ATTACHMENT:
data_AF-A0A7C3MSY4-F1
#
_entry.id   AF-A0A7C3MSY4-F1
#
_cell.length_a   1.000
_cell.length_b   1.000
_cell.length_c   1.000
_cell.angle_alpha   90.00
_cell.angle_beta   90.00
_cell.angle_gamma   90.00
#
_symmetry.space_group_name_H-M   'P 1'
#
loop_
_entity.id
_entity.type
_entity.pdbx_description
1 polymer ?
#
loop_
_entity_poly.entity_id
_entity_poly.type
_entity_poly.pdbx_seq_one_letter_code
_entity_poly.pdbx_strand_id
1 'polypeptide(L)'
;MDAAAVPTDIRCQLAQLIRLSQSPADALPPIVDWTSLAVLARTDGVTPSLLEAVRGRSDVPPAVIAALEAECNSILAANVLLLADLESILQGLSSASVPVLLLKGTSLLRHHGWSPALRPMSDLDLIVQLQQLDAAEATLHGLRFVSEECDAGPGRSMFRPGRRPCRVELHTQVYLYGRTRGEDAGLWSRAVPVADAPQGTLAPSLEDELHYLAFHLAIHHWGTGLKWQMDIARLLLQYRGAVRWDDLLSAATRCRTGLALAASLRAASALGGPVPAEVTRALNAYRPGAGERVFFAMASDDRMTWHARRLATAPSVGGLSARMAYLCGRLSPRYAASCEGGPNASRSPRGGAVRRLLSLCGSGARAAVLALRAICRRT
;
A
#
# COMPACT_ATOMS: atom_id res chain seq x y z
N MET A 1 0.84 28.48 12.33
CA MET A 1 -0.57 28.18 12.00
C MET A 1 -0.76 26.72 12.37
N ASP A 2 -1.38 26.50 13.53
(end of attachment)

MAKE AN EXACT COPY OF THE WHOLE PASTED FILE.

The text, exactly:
data_AF-A0A7C3MSY4-F1
#
_entry.id   AF-A0A7C3MSY4-F1
#
_cell.length_a   1.000
_cell.length_b   1.000
_cell.length_c   1.000
_cell.angle_alpha   90.00
_cell.angle_beta   90.00
_cell.angle_gamma   90.00
#
_symmetry.space_group_name_H-M   'P 1'
#
loop_
_entity.id
_entity.type
_entity.pdbx_description
1 polymer ?
#
loop_
_entity_poly.entity_id
_entity_poly.type
_entity_poly.pdbx_seq_one_letter_code
_entity_poly.pdbx_strand_id
1 'polypeptide(L)'
;MDAAAVPTDIRCQLAQLIRLSQSPADALPPIVDWTSLAVLARTDGVTPSLLEAVRGRSDVPPAVIAALEAECNSILAANVLLLADLESILQGLSSASVPVLLLKGTSLLRHHGWSPALRPMSDLDLIVQLQQLDAAEATLHGLRFVSEECDAGPGRSMFRPGRRPCRVELHTQVYLYGRTRGEDAGLWSRAVPVADAPQGTLAPSLEDELHYLAFHLAIHHWGTGLKWQMDIARLLLQYRGAVRWDDLLSAATRCRTGLALAASLRAASALGGPVPAEVTRALNAYRPGAGERVFFAMASDDRMTWHARRLATAPSVGGLSARMAYLCGRLSPRYAASCEGGPNASRSPRGGAVRRLLSLCGSGARAAVLALRAICRRT
;
A
#
# COMPACT_ATOMS: atom_id res chain seq x y z
N MET A 1 0.84 28.48 12.33
CA MET A 1 -0.57 28.18 12.00
C MET A 1 -0.76 26.72 12.37
N ASP A 2 -1.38 26.50 13.53